In the series “Letters to a German Friend,” written clandestinely during the Nazi occupation of France, the celebrated French writer and resistance figure Albert Camus conducted a debate with an imaginary German correspondent who believed fervently that any act was justified if it contributed to a greater destiny for his nation. “I loved you then, but at that point, we diverged,” Camus wrote. “ … There are means that cannot be excused. And I should like to be able to love my country and still love justice.”
Nearly 80 years after the liberation of Paris, would Camus be able to love both his country, France, and the idea of justice without perceiving a conflict between the two? Certainly, a philosopher of his pedigree would be anxious to establish whether justice was universally applied to all citizens, regardless of confession or origin, as should be the case in any democratic republic. In doing so, he or she might notice that for most of the present century, a steady stream of Jewish victims of anti-Semitic violence has received partial justice at best—or no justice at worst—from the French legal system. It is a record that shames a country whose ethic is built upon the triangle of “liberty, equality and fraternity.”
The list of French Jews who died because they were Jews includes Sebastien Salem, a DJ murdered in 2003 by a Muslim childhood friend; Ilan Halimi, a mobile-phone salesman kidnapped, tortured and murdered by an anti-Semitic criminal gang in 2006; Sarah Halimi (no relation to Ilan), a child-development expert beaten to death and thrown out of her apartment window by a Muslim neighbor in 2017; and Mireille Knoll, a Holocaust survivor who was robbed and then burned to death in her own home by two youths, one of whom she had known since his childhood, in 2018. Then there are the victims of the Islamist terrorist attacks on a Jewish school in Toulouse in 2012 and a kosher market in Paris in 2015—eight in all, among them three young children. All those lives were snuffed out in the name of Jew-hatred amid a broader context of soaring anti-Semitism, and still the French judiciary acts as though there are far more important problems to worry about.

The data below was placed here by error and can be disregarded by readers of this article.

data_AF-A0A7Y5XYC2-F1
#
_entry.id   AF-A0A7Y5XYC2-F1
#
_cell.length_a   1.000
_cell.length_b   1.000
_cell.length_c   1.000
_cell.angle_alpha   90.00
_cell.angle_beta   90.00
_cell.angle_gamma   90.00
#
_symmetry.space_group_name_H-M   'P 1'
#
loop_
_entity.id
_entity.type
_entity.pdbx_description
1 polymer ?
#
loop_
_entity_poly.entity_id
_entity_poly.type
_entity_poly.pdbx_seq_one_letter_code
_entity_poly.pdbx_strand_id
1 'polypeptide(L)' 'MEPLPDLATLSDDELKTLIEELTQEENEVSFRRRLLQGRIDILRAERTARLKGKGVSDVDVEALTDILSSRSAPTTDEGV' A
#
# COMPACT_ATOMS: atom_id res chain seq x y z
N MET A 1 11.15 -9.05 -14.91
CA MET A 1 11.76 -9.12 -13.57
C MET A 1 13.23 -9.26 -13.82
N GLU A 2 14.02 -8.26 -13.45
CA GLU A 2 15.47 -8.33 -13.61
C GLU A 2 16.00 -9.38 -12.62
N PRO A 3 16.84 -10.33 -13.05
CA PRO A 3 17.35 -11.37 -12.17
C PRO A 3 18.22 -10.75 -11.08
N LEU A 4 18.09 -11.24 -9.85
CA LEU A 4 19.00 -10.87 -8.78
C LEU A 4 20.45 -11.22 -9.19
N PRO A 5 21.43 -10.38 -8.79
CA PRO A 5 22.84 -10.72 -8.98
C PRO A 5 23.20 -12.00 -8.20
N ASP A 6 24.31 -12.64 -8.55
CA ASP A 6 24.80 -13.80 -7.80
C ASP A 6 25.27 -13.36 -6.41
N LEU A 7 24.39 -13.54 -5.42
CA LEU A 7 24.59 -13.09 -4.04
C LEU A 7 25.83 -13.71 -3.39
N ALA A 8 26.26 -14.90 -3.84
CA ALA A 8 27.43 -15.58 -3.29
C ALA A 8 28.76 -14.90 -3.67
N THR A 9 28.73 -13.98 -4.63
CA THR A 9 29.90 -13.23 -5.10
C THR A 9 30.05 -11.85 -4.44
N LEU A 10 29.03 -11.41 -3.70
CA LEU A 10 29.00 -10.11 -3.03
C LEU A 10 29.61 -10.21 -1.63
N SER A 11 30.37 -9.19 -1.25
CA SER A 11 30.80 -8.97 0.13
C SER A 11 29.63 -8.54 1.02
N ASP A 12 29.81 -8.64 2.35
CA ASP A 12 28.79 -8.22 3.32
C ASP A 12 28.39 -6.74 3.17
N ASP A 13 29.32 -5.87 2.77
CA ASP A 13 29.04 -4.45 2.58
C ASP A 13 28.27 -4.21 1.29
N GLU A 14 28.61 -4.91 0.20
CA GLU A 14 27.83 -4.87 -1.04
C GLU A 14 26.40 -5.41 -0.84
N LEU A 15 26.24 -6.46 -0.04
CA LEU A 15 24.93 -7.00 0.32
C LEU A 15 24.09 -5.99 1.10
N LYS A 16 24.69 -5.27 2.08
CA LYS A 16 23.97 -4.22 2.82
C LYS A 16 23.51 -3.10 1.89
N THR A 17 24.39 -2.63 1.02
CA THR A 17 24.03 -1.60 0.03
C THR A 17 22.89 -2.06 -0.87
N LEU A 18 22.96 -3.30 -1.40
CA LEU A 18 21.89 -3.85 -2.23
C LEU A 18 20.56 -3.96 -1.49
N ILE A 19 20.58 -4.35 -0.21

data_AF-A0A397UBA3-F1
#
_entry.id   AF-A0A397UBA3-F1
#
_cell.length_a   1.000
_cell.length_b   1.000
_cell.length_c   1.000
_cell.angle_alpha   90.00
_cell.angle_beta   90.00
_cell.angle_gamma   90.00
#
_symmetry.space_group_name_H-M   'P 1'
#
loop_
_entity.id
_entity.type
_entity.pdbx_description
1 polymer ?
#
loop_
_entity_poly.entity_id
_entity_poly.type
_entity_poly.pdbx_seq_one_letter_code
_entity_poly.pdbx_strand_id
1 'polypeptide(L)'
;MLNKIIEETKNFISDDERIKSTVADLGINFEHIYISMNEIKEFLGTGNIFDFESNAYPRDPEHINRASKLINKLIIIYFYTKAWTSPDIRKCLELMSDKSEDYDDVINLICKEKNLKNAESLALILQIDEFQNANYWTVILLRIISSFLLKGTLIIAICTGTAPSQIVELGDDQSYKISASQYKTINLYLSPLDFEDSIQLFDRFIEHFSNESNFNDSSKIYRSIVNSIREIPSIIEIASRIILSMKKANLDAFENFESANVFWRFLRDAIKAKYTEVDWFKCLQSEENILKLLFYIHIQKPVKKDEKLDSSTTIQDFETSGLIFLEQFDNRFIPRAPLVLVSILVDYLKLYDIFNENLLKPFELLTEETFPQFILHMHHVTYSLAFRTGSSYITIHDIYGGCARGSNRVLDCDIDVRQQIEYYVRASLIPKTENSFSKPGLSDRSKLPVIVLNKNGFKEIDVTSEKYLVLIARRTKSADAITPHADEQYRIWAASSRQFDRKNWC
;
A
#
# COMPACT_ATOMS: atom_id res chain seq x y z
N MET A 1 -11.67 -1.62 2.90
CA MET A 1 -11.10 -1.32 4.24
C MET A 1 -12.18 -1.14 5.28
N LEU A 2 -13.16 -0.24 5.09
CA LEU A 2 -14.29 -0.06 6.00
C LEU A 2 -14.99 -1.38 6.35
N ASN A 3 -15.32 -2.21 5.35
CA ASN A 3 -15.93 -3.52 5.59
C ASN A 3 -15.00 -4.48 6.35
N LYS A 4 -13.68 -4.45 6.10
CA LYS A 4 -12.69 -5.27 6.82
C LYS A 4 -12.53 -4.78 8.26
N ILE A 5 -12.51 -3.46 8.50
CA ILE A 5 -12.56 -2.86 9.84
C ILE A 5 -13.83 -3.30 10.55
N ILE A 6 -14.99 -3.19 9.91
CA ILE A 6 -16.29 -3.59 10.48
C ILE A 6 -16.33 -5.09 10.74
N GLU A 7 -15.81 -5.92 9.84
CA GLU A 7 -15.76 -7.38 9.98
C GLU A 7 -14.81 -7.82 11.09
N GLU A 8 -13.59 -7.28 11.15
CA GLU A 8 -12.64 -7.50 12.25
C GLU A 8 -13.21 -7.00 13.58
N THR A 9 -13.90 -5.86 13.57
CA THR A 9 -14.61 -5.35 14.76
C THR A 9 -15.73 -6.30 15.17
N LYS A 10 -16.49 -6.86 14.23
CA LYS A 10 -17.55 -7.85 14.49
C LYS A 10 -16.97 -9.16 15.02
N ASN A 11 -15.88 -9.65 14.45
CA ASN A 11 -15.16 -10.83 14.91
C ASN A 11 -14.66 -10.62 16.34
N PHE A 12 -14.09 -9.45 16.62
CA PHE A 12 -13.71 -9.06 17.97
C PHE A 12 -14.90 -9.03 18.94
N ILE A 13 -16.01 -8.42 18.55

Last week, the insult to French Jews escalated to new heights when the Court of Cassation, France’s highest appeal court, ruled that Sarah Halimi’s accused murderer, Kobili Traore, would not face a criminal trial for his bestial act. In the early hours of April 4, 2017, Traore, who lived in the same Paris public housing project as Halimi, broke into his victim’s apartment. Once inside, he kicked and punched her relentlessly while bellowing the word “Shaitan” (Arabic for “Satan”). Traore ended the ordeal by hurling Halimi’s broken body out of the window of her third-floor apartment to her death.
So began a distressing, unsettling four-year saga of courtroom battles and media clashes that ended, with cruel finality, with the Cassation Court dismissing the Halimi family’s quest for justice. Traore will not face trial because a group of psychiatrists appointed by the court determined that his intake of marijuana around the time of the killing had wiped out his “discernment,” or self-awareness. According to the French penal code, this mental blip means that he cannot be held legally responsible for Halimi’s murder.